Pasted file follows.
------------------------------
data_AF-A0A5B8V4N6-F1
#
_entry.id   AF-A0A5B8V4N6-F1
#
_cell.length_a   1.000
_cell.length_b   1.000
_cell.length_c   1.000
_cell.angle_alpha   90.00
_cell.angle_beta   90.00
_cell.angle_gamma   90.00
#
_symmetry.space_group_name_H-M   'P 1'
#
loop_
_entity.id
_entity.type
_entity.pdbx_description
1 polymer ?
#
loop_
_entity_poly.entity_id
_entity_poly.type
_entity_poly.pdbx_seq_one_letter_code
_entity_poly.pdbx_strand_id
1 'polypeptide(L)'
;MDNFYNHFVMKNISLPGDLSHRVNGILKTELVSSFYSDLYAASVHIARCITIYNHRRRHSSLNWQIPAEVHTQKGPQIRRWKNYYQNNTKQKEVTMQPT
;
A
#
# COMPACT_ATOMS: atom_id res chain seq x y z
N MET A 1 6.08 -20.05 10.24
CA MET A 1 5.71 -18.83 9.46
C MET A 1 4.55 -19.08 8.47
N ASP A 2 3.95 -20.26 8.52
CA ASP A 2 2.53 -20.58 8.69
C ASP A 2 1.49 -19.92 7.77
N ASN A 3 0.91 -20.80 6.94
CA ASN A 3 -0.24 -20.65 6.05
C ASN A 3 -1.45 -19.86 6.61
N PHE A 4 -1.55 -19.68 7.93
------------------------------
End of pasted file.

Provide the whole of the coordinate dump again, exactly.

data_AF-A0A5B8V4N6-F1
#
_entry.id   AF-A0A5B8V4N6-F1
#
_cell.length_a   1.000
_cell.length_b   1.000
_cell.length_c   1.000
_cell.angle_alpha   90.00
_cell.angle_beta   90.00
_cell.angle_gamma   90.00
#
_symmetry.space_group_name_H-M   'P 1'
#
loop_
_entity.id
_entity.type
_entity.pdbx_description
1 polymer ?
#
loop_
_entity_poly.entity_id
_entity_poly.type
_entity_poly.pdbx_seq_one_letter_code
_entity_poly.pdbx_strand_id
1 'polypeptide(L)'
;MDNFYNHFVMKNISLPGDLSHRVNGILKTELVSSFYSDLYAASVHIARCITIYNHRRRHSSLNWQIPAEVHTQKGPQIRRWKNYYQNNTKQKEVTMQPT
;
A
#
# COMPACT_ATOMS: atom_id res chain seq x y z
N MET A 1 6.08 -20.05 10.24
CA MET A 1 5.71 -18.83 9.46
C MET A 1 4.55 -19.08 8.47
N ASP A 2 3.95 -20.26 8.52
CA ASP A 2 2.53 -20.58 8.69
C ASP A 2 1.49 -19.92 7.77
N ASN A 3 0.91 -20.80 6.94
CA ASN A 3 -0.24 -20.65 6.05
C ASN A 3 -1.45 -19.86 6.61
N PHE A 4 -1.55 -19.68 7.93